FRANKFURT (Reuters) - A review of banks' financial health led by the European Central Bank can be considered a success before it is completed as banks have raised around 200 billion euros ($254 billion) in preparation, a top Bundesbank official said on Monday.
The results of Europe's most comprehensive banking review will be released on Oct. 26, giving the clearest picture yet of the state of a sector that was pummeled during the financial crisis.
In anticipation of the results and without knowing how they will do in the tests, European banks have taken steps to strengthen their balance sheets, including raising equity, retaining profit, reducing risk and selling investments.
"It's already clear now that the exercise is a success because European banks have strengthened their balance sheets by around 200 billion euros," Andreas Dombret, in charge of banking supervision on the Bundesbank board, was quoted as saying by German financial daily Handelsblatt on Monday.
Juergen Fitschen, head of the German association of commercial banks and co-chief executive of Deutsche Bank (DBKGn.DE), said on Saturday that Germany's banks were well capitalized.
Deutsche is one of the 130 top euro zone banks undergoing the ECB's review.
The ECB hopes its 'comprehensive assessment' will banish fears about the health of European banks and restore investor trust and revive lending to euro zone households and companies - a key to getting economic recovery back on track.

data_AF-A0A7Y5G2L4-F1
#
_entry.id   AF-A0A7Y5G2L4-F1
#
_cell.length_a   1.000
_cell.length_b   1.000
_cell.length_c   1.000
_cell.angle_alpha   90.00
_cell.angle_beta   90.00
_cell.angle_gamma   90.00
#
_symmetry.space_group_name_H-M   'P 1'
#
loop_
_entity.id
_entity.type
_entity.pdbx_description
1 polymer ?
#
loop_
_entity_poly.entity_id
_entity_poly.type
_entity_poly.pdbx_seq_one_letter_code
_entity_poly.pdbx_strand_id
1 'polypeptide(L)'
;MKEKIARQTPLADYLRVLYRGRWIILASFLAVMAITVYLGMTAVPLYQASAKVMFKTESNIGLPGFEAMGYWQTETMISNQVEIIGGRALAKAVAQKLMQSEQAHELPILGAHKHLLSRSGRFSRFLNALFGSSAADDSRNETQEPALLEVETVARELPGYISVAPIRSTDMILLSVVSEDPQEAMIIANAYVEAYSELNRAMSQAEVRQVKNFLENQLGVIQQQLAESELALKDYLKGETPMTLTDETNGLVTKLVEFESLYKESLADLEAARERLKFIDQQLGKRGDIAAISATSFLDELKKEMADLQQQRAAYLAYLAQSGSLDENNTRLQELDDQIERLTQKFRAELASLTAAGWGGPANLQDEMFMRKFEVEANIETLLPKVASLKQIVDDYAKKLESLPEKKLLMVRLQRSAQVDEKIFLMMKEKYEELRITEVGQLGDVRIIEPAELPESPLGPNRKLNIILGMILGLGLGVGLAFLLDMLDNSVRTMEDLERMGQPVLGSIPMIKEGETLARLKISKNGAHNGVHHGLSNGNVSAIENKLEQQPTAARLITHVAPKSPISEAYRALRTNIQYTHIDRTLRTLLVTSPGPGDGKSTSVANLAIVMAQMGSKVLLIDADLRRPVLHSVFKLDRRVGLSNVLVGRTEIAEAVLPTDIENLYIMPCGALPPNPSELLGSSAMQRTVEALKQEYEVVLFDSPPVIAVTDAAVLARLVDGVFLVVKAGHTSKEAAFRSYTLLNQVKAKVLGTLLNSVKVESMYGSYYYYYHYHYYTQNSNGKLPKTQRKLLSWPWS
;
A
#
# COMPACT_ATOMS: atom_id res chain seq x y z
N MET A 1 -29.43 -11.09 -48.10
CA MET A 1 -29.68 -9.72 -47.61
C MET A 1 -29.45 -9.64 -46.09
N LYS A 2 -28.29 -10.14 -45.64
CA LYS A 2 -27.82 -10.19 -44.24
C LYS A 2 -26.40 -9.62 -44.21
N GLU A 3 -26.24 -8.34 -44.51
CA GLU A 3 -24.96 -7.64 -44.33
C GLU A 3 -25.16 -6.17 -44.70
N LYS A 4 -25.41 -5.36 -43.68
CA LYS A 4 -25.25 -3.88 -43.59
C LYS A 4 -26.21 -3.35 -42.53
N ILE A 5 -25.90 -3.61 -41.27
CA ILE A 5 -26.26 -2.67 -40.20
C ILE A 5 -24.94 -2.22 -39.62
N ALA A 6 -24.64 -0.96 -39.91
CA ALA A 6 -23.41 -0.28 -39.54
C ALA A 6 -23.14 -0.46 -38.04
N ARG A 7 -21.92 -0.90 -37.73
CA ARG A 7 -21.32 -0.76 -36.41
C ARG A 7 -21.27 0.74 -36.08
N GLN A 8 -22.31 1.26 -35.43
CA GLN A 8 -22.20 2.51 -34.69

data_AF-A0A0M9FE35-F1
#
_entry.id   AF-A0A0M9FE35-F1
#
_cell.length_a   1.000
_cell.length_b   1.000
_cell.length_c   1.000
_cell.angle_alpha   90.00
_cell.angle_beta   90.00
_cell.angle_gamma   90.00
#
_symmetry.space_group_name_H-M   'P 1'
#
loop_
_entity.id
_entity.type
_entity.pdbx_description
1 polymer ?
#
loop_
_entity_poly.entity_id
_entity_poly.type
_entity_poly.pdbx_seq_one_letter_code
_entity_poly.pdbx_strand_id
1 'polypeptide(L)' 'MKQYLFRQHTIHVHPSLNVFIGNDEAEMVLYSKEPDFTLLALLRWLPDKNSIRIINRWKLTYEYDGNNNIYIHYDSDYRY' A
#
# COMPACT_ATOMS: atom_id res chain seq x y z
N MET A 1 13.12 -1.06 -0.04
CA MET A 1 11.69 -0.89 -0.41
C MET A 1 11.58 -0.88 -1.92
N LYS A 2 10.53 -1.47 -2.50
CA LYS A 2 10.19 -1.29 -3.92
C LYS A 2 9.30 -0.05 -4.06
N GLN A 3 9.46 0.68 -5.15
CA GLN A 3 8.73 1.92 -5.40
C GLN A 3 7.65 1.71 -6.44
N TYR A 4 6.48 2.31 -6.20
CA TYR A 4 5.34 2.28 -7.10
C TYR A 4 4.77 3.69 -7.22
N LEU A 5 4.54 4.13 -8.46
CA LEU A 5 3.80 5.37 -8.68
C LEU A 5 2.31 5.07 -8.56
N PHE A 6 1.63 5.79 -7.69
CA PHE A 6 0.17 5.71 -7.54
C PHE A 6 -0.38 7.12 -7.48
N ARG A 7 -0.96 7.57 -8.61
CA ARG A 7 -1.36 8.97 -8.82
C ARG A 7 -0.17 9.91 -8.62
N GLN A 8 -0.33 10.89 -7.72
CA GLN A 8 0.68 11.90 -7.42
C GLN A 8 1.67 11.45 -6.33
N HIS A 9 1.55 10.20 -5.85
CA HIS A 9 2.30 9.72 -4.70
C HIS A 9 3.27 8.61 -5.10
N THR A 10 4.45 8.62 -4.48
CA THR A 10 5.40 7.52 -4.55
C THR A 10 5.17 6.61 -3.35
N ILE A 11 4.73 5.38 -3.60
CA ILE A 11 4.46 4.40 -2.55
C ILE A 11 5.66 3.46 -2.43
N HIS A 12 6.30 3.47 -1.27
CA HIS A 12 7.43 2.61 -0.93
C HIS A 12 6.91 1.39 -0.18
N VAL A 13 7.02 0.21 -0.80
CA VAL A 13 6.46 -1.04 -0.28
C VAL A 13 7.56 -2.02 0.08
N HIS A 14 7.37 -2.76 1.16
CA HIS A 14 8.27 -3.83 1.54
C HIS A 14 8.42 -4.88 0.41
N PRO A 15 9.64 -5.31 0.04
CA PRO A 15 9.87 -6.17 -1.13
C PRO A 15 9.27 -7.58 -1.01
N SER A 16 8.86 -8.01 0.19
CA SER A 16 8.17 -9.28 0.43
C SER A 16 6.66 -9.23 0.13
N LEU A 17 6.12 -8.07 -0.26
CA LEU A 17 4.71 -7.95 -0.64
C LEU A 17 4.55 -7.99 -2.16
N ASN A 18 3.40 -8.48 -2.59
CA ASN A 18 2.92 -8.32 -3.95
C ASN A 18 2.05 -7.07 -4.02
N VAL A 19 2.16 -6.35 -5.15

ECB President Mario Draghi said last week he expected bank lending to pick up "soon next year", referring to a similar capital figure to the one cited by Dombret that banks had raised since summer 2013.
Turning to the low interest-rate environment, Dombret said this was a continued risk for banks by depressing earnings.
Corporate bonds also posed a potential risk due to their overall high valuations, which could fall in case of an external economic shock or a sudden turn in interest rates, he said.
Echoing Draghi, Dombret said there were no signs that the currency union was about to tip into a Japan-like deflationary scenario. Euro zone annual inflation has been persistently weak and stood at 0.3 percent in September.
"We believe chances are very low of a deflation scenario in the euro zone and do not currently see any typical signs of deflation, like the postponement of large, private purchases," he was quoted as saying by Handelsblatt.
Reporting by Thomas Atkins, writing by Eva Taylor; Editing by Jacqueline Wong and John Stonestreet